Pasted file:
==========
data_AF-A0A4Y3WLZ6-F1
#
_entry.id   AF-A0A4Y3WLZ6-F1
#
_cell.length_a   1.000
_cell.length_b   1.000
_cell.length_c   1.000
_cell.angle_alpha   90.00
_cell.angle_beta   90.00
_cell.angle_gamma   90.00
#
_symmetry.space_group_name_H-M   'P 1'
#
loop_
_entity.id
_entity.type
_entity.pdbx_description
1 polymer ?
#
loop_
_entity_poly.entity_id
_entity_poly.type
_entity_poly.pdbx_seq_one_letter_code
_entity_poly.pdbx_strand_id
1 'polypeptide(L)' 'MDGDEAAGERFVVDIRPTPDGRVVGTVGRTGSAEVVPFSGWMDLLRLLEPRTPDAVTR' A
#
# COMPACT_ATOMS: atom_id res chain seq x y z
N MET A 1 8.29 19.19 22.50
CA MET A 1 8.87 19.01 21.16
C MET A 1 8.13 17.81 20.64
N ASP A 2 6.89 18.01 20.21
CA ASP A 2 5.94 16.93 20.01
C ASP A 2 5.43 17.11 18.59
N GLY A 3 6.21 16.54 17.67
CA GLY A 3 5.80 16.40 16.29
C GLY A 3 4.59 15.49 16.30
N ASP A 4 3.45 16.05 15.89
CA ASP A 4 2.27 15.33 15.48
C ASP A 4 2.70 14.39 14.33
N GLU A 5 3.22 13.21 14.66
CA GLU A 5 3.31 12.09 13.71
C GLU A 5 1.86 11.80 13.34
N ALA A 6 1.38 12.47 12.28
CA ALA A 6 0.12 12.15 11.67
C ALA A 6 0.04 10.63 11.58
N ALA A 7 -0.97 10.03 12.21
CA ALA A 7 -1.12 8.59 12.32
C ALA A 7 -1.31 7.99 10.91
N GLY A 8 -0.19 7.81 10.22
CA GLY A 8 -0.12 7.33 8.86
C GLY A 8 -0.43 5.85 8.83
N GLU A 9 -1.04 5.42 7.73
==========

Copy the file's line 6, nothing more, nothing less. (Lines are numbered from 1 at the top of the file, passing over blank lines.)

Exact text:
_cell.length_b   1.000